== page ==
My Comfort Class seat on my Turkish Airlines Boeing 777-300ER out of LAX
When I first saw I was booked in Comfort Class on Turkish Airlines, I wasn’t sure what to expect. I knew it was a premium economy product, but that could mean anything from a few inches of extra leg room to having an almost-business-class experience.
Being able to check out the product during my recent flights to and from Los Angeles to Istanbul, I was impressed overall by my whole experience. I enjoyed the comfortable seat, my amenities, the delicious food, and the access to the in-flight entertainment (IFE) system. However, I felt let down by the service that I received during certain points of my trip, which left me wanting a bit more.
Turkish Airlines’ Boeing 777-300ER sitting at Istanbul
It was nothing that horrible, but just added up enough to make me disappointed overall about the experience. I think some of the things could easily be avoided or changed to make the passenger experience a bit better, and make people who feel like they shelled out some additional money for a premium product feel a bit more special.
One of the main reasons that I was flown to Istanbul was to work with Turkish to help them look into the future of their business – and part of that was related to customer service. I am grateful to work with an airline wanting to learn, and I hope that they are listening.
Who wouldn’t want a pool like this for themselves? Part 737, part A340/330/310, this is used for crew training at Turkish Airlines Photo: David Parker Brown | AirlineReporter
What has pools, slides, and airplanes? Okay, well the Evergreen Wings and Wave Waterpark does, but also the Turkish Airlines Flight Training Center in Istanbul. But this facility is not about fun and games – it is all serious business to make sure that passengers arrive safely to their destination.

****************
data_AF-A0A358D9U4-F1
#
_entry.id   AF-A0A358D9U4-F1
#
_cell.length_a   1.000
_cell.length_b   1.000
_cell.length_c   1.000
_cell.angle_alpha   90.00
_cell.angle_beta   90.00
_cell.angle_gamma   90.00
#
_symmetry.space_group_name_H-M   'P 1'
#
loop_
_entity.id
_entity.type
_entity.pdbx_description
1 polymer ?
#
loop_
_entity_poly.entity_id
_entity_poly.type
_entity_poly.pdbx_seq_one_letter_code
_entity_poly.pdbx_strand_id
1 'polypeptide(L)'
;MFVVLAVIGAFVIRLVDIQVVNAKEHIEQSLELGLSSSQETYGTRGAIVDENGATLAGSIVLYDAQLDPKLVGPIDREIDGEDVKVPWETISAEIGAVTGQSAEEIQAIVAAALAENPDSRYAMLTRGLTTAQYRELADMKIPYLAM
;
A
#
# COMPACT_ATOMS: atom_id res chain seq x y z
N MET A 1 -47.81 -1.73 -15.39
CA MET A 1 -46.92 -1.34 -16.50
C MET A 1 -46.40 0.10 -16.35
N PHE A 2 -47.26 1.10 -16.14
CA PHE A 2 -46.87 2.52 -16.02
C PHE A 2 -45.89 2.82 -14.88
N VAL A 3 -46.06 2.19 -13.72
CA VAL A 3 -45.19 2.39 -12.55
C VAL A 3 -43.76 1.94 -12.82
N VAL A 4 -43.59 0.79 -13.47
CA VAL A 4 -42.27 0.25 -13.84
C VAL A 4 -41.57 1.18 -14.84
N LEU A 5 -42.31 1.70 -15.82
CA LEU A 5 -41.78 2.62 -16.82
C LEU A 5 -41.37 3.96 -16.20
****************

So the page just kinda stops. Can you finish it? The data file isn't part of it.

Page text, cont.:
Notice the smoke coming out of the back of the Airbus A320 trainer
Recently, during a trip with the airline, I was invited to tour their facilities and I am never one to turn down such a tour. On the same day we were able to tour Do & Co, Turkish Airlines’ catering facility and then both the flight simulators and the crew training area. I already shared about the catering part of the trip and this story will highlight what I found during the rest of the day.
Attention to detail with the premium meals is important
The airline business is a complicated machine, where when one little aspect has a minor hiccup, it can affect thousands of people. What better way to see how complicated an airline is than to take a behind-the-scenes look at their catering operation? Recently, during a trip to Istanbul, Turkey, I was invited by Turkish Airlines to tour their catering arm, which is called Do & Co.
Some of the things I found were quite wonderful and surprising.
A nice Turkish Airlines Airbus A340 up front, lots of other Turkish planes in the background.
The argument for “passengers of size” has been going on for quite some time now. Now Turkish Airlines is looking to add “flight attendants of size” into the mix. 28 flight attendants have been put on unpaid leave to shape up or be reassigned.
Izzet Levi, head of a cabin attendants’ association, and one of those trying to lose weight, told the Haber Turk newspaper he must drop 22 pounds or he will get re-assigned.
This is a tricky situation. With larger passengers, it is easy just to have them purchase a second seat, but flight attendants need to be able to safely get up and down the aisle and help passengers get off the aircraft in case of an emergency.
It is easier with passengers to tell when they have to buy a second seat. If you can’t put your seatbelt on or put down the armrests, there is a good chance you will have to buy the seat next to you, but with flight attendants, it is not as easy. Source: AOL Travel Image: Baris Karakaya